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Nazism inflicted history’s most horrendous crimes against Jews. But Germany has by no means been history’s top purveyor of global antisemitism.

That distinction goes to Russia, which spread antisemitism more widely and durably.

Heinze, Eric. “Russia is the global leader in Jew-hate.” The JC. February 24, 2017.

Emphasis added to the above quotation from Eric Heinze’s analysis in The JC.

“Rise of the Rus” — and the End of the Khazar Kingdom: Excerpt with Reference

Rise of Rus

Originally the Khazars were probably allied with various Norse factions who controlled the region around Novgorod. The Rus’ Khaganate, an early Rus polity in northwestern Russia, was probably heavily influenced by the Khazars. The Rus’ regularly travelled through Khazar-held territory to attack territories around the Black and Caspian Seas; in one such raid, the Khagan is said to have given his assent on the condition that the Rus’ give him half of the booty. In addition, the Khazars allowed the Rus to use the trade route along the Volga River. This alliance was apparently fostered by the hostility between the Khazars and Arabs. At a certain point, however, the Khazar connivance to the sacking of the Muslim lands by the Varangians led to a backlash against the Norsemen from the Muslim population of the Khaganate. The Khazar rulers closed the passage down the Volga for the Rus’, sparking a war. In the early 960s, Khazar ruler Joseph wrote to Hasdai ibn Shaprut about the deterioration of Khazar relations with the Rus: “I have to wage war with them, for if I would give them any chance at all they would lay waste the whole land of the Muslims as far as Baghdad.”

The Rus warlords Oleg of Novgorod and Sviatoslav I of Kiev launched several wars against the Khazar khaganate, often with Byzantine connivance. The Schechter Letter relates the story of a campaign against Khazaria by HLGW (Oleg) around 941 (in which Oleg was defeated by the Khazar general Pesakh; this calls into question the timeline of the Primary Chronicle and other related works on the history of the Eastern Slavs.

Sviatoslav finally succeeded in destroying Khazar imperial power in the 960s. The Khazar fortresses of Sarkel and Tamatarkha fell to the Rus in 965, with the capital city of Atil following circa 967 or 969. A visitor to Atil wrote soon after the sacking of the city: “The Rus attacked, and no grape or raisin remained, not a leaf on a branch.”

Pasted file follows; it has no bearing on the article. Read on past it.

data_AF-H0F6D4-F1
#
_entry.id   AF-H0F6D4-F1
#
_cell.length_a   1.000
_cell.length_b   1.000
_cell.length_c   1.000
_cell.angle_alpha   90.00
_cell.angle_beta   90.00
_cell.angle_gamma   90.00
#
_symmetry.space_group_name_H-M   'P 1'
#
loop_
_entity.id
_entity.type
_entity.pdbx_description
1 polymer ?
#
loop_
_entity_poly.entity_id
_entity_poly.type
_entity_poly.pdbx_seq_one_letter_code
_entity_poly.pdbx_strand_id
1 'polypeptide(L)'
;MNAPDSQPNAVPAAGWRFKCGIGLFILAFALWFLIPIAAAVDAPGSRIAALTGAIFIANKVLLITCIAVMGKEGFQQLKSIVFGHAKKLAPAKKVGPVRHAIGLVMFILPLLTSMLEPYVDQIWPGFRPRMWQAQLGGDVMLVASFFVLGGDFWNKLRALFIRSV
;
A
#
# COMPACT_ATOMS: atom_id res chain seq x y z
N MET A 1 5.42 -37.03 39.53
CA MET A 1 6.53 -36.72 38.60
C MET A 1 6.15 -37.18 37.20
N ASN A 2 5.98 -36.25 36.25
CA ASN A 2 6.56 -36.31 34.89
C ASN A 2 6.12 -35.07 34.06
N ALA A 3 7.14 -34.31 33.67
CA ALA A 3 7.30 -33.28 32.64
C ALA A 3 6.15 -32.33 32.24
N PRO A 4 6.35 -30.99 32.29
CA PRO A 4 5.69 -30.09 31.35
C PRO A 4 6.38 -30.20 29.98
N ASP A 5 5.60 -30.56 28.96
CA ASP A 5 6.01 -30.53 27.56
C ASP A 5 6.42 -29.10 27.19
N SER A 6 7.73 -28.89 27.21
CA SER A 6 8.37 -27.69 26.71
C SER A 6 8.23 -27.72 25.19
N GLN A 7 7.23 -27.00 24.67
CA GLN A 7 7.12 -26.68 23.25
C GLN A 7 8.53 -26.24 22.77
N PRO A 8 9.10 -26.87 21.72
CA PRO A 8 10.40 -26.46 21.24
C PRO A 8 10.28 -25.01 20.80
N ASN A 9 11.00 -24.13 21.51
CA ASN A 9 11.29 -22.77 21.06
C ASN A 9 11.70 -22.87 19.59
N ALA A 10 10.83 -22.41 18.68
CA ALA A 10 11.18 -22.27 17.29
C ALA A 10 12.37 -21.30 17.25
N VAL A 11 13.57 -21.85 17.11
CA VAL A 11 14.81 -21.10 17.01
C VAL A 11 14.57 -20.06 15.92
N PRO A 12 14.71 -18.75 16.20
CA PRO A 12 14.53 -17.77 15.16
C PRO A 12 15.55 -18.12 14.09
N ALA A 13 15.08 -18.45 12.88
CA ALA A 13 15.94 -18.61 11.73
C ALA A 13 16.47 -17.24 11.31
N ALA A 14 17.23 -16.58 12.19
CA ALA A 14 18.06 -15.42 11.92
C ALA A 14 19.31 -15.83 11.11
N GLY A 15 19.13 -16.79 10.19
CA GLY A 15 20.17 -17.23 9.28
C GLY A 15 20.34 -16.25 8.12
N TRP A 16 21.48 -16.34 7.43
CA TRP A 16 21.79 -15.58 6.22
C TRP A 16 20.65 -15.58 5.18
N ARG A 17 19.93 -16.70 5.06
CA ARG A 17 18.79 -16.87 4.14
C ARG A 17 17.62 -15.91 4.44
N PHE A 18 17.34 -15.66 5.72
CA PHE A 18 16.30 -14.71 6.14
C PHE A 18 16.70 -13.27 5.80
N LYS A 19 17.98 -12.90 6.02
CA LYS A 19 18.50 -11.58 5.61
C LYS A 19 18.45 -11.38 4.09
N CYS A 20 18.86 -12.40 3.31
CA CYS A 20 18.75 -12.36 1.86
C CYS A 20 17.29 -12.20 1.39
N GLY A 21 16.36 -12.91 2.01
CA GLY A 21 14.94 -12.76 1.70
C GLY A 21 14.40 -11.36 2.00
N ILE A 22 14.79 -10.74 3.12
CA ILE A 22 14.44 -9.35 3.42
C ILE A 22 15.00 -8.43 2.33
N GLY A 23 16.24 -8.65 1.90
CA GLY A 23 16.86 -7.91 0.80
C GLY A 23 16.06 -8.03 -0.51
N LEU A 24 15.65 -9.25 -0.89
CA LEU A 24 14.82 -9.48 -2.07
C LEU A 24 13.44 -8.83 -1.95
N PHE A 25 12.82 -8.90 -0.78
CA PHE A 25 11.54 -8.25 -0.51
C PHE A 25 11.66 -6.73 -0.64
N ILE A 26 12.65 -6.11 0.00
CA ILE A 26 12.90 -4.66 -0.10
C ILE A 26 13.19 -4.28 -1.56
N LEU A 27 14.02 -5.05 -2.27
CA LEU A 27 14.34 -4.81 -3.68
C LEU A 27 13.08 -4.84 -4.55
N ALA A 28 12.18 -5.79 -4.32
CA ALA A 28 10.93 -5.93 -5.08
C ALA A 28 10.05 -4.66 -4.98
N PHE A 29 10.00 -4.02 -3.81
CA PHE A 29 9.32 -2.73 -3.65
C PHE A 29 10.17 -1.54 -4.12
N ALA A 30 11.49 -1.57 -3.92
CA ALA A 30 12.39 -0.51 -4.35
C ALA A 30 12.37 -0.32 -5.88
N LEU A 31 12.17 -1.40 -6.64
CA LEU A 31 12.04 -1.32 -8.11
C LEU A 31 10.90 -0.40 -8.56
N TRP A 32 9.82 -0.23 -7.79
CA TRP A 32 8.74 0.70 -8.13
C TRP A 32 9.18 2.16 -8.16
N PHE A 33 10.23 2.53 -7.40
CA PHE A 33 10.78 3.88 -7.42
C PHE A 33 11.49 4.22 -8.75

“Khazars”. Wikispeedia. McGill University.

The Roman Empire had never been Europe’s only organizing power.

The Germanic tribes, the Norse, the Mongols, and many others had been crossing that landscape for political community, trade, and war for centuries. However, it appears to have been the Varangians — descendants of the Vikings — who corrupted the Turkic Jewish Khazar, and when the protective kingdom thought better of looting some of its own villages (Muslim) in concert with the Varangians (and sharing the loot), the Varangians made war on the Khazar and destroyed the kingdom. Legends about that warfare — and the Jews — MAY have floated across northern, central, and eastern Europe for generations. Combined with Christian supersessionary ambitions for subscription and the elimination of Judaism as a contemporary religion, the seeds for Russian (and Greek Orthodox) anti-Semitism may have flourished.

Posted to YouTube by Kings and Generals, November 28, 2019. Note of Arab Muslim incursion into Europe: “. . . if the Khazars had lost, the whole history of Europe might have been very different” (4:39).

Today (RT, 2015) –>

Related Reading

Kellogg, Michael. The Russian Roots of Nazism: White Emigres and the Making of National Socialism, 1917-1945. Cambridge University Press, 2009.

Nicholls, William. Christian Antisemitism: A History of Hate. Northvale, New Jersey, London: Jason Aronson, Inc., 1995.

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